The Bête Noire of Religiosity

I just received an interesting article from the University of Michigan about a study on the changes in religiosity of students by major. Humanities majors, it seems, are likely to become less religious than they were before the entered college. Science majors remain about the same. Education majors become more religious. The article states:
“Our results suggest that it is postmodernism, not science, that is the bête noir of religiosity. One reason may be that the key ideas of postmodernism are newer than the key scientific ideas that challenge religion. For example, religions have had 150 years to develop resistance or tolerance for the late 19th century idea of evolution, but much less time to develop resistance or tolerance for the key ideas of postmodernism, which gained great strength over the course of the 20th century.”
For some reason, this idea just tickles me. All that work that the religious right is putting in on combating ideas of science, primarily evolution, and their real threat is postmodernism, "a theory that involves a radical reappraisal of modern assumptions about culture, identity, history, or language" (Wikipedia) and, apparently, religion.

Of course this makes sense. Postmodernism is a strong challenge to the idea of absolute truth and absolute good and evil. And we see it creeping into our society in lots of ways. But when one undertakes formal academic study that includes postmodern theory, it definitely challenges religious assumptions.

On another track from the article, it does worry me that education is the haven of the very religious. These are the people going on to teach in our schools, folks. No wonder we're always having religious indoctrination creeping into our schools in defiance of the separation of church and state.


Joel said…
This is interesting, especially because from my experience the most, how should I say, fervent christian churches in America are INCREDIBLY post modern. Non-demoninationalism? Church advertisements on billboards? Tweeting sermons? Picking a Church that's "right for you"? Personal relationship with God? Interpreting the bible yourself? None of this would have been considered without the huge influence of postmodern thought.

Maybe it's not postmodernism as a whole, but just the part about more access to information.

Then again, I could be all wrong.
Caroline said…
Thought you would enjoy reading that article, Cindy. I found it quite fascinating and scary, too. Guess I need a definition of post-modernism to comment further thougn.
Caroline said…
I had to look up post-modernism/ modernist in Wikipedia before I responded, to make sure that I correctly understood its meaning and implications. What the study actually showed was that "College students who major in the social sciences and humanities are likely to become less religious". The researchers made the leap to their statement about postmodernism. But that leap is sound. And social science and humanities students today would be most likely studying post-modernism thoughts, theories, the like. And definitely they would be learning critical thinking and deconstructivism. Which are the biggest (to me) factors in assessing that leap. I'm not sure, however, contrary to Joel, that most fervent Christian churches actually use critical thinking methods or deconstructivism, i.e. that they are "incredibly post modern". In fact, I think that they don't and are not. Perhaps Joel is confusing post-modernism thinking and the use of current technology produced under the influence of post-modernism. Not exactly the same thing.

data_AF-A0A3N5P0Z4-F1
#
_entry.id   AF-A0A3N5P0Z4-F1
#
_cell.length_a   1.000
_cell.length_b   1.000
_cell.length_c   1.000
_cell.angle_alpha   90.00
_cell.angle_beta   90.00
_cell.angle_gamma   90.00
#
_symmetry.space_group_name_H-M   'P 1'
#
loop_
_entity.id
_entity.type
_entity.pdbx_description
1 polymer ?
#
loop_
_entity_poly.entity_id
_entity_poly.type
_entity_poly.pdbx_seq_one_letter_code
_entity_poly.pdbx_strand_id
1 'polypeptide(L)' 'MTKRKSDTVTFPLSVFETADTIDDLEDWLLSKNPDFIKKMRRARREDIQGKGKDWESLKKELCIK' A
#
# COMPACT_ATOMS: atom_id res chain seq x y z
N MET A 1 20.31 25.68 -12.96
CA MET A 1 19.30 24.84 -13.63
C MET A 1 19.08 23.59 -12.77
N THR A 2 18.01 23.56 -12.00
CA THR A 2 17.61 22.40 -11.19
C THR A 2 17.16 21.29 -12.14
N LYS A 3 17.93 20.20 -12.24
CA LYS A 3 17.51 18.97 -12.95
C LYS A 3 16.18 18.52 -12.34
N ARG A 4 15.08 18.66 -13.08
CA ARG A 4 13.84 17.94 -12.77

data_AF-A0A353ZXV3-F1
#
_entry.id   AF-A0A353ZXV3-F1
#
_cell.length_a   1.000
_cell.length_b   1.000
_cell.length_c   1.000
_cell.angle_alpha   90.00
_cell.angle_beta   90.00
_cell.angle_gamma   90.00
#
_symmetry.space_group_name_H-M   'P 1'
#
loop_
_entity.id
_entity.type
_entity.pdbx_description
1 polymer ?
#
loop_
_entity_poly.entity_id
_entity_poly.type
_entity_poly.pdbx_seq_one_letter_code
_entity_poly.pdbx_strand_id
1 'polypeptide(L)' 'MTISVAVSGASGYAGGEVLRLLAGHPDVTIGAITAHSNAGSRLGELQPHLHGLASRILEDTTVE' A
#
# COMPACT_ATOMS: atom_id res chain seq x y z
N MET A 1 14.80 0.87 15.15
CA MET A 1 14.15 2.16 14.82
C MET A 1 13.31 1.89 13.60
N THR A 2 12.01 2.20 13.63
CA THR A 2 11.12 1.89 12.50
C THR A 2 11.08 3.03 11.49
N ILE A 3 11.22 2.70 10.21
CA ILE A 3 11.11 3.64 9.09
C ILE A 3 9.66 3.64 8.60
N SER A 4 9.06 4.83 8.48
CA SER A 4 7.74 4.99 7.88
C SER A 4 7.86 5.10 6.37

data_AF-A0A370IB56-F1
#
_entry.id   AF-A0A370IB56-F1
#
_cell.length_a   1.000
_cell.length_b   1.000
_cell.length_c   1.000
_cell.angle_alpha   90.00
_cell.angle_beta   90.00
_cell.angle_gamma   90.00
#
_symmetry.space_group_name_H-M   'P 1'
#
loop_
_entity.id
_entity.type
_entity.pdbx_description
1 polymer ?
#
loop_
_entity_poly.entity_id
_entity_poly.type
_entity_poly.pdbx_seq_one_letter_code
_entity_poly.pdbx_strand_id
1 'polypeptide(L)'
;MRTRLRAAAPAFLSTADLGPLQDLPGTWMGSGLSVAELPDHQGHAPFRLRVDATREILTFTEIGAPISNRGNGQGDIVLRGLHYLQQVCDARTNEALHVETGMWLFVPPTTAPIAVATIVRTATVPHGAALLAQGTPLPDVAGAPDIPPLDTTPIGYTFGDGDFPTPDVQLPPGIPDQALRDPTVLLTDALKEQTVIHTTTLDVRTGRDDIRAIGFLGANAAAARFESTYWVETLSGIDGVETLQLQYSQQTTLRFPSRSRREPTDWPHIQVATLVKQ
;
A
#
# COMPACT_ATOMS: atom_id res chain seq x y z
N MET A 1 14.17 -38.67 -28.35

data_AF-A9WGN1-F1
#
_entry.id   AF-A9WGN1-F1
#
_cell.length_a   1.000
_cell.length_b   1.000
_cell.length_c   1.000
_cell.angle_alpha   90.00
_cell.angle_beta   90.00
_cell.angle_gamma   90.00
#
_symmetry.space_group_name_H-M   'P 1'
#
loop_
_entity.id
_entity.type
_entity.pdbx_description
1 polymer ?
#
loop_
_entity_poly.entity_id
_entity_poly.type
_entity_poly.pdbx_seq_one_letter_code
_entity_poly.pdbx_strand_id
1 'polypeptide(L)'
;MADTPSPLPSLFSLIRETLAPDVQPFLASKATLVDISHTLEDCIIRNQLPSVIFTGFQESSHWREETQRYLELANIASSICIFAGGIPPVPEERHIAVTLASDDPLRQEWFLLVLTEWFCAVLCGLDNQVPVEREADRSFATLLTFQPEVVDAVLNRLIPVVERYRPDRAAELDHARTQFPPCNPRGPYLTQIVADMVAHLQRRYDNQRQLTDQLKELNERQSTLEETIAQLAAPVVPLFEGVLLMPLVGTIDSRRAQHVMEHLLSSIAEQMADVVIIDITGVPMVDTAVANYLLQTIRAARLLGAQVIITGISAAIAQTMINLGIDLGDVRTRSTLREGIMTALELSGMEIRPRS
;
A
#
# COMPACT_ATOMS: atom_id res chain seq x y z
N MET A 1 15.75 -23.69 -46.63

Steve Caldwell said…
Rev. Cyn,

Related to this study is the "Salem hypothesis":

"It was proposed by a fellow named Bruce Salem who noticed that, in arguments with creationists, if the fellow on the other side claimed to have personal scientific authority, it almost always turned out to be because he had an engineering degree. The hypothesis predicted situations astonishingly well — in the bubbling ferment of, there were always new creationists popping up, pompously declaiming that they were scientists and they knew that evolution was false, and subsequent discussion would reveal that yes, indeed, they were the proud recipient of an engineering degree.

... Of course, it doesn't say that engineers are all creationists: it says that creationists with advanced degrees are often engineers, a completely different thing altogether."

The Wikipedia article goes on to state that a disproportionate share of engineers seems to have a mindset that inclines them to entertain the quintessential right-wing features of "monism" (why argue when there is one best solution) – and of "simplism" (if only people were rational, remedies would be simple). The article also notes that engineers are the most religious of all academics.
Peter Morrison said…
I just have to comment that the scepticism and deconstructive analysis that exemplify post-modernism are merely extensions of modernism. Therefore I have to maintain that there is no such thing as post-modernism.

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